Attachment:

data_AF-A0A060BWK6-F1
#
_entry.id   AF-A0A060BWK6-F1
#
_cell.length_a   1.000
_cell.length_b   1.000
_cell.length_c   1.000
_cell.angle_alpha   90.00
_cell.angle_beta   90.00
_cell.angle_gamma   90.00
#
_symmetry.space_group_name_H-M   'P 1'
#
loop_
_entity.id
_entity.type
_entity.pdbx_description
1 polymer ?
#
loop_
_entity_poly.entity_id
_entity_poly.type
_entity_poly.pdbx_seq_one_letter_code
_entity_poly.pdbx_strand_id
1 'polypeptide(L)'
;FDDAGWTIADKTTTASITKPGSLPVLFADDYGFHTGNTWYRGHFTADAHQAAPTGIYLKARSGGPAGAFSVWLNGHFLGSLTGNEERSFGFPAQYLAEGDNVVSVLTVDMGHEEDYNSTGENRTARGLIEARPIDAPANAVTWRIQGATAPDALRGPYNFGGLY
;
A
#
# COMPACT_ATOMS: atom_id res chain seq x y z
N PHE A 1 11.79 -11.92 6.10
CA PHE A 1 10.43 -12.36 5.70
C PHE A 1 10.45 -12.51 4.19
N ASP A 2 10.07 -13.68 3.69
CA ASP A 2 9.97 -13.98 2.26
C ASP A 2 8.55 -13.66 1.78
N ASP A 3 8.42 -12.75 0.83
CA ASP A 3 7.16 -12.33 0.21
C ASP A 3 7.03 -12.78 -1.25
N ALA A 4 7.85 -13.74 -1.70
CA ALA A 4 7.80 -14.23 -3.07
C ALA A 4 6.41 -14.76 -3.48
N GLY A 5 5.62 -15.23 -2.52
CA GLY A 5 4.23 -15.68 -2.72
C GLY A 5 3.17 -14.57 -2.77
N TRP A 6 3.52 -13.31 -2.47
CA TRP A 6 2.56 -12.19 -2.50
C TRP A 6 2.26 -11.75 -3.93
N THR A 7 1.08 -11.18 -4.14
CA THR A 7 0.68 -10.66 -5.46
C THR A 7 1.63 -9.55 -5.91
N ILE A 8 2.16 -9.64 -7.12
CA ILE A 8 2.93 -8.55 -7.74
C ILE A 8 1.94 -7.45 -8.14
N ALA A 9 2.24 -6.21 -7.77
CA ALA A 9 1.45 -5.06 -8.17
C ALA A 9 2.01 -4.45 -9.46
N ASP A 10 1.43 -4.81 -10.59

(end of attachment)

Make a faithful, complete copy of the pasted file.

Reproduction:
data_AF-A0A060BWK6-F1
#
_entry.id   AF-A0A060BWK6-F1
#
_cell.length_a   1.000
_cell.length_b   1.000
_cell.length_c   1.000
_cell.angle_alpha   90.00
_cell.angle_beta   90.00
_cell.angle_gamma   90.00
#
_symmetry.space_group_name_H-M   'P 1'
#
loop_
_entity.id
_entity.type
_entity.pdbx_description
1 polymer ?
#
loop_
_entity_poly.entity_id
_entity_poly.type
_entity_poly.pdbx_seq_one_letter_code
_entity_poly.pdbx_strand_id
1 'polypeptide(L)'
;FDDAGWTIADKTTTASITKPGSLPVLFADDYGFHTGNTWYRGHFTADAHQAAPTGIYLKARSGGPAGAFSVWLNGHFLGSLTGNEERSFGFPAQYLAEGDNVVSVLTVDMGHEEDYNSTGENRTARGLIEARPIDAPANAVTWRIQGATAPDALRGPYNFGGLY
;
A
#
# COMPACT_ATOMS: atom_id res chain seq x y z
N PHE A 1 11.79 -11.92 6.10
CA PHE A 1 10.43 -12.36 5.70
C PHE A 1 10.45 -12.51 4.19
N ASP A 2 10.07 -13.68 3.69
CA ASP A 2 9.97 -13.98 2.26
C ASP A 2 8.55 -13.66 1.78
N ASP A 3 8.42 -12.75 0.83
CA ASP A 3 7.16 -12.33 0.21
C ASP A 3 7.03 -12.78 -1.25
N ALA A 4 7.85 -13.74 -1.70
CA ALA A 4 7.80 -14.23 -3.07
C ALA A 4 6.41 -14.76 -3.48
N GLY A 5 5.62 -15.23 -2.52
CA GLY A 5 4.23 -15.68 -2.72
C GLY A 5 3.17 -14.57 -2.77
N TRP A 6 3.52 -13.31 -2.47
CA TRP A 6 2.56 -12.19 -2.50
C TRP A 6 2.26 -11.75 -3.93
N THR A 7 1.08 -11.18 -4.14
CA THR A 7 0.68 -10.66 -5.46
C THR A 7 1.63 -9.55 -5.91
N ILE A 8 2.16 -9.64 -7.12
CA ILE A 8 2.93 -8.55 -7.74
C ILE A 8 1.94 -7.45 -8.14
N ALA A 9 2.24 -6.21 -7.77
CA ALA A 9 1.45 -5.06 -8.17
C ALA A 9 2.01 -4.45 -9.46
N ASP A 10 1.43 -4.81 -10.59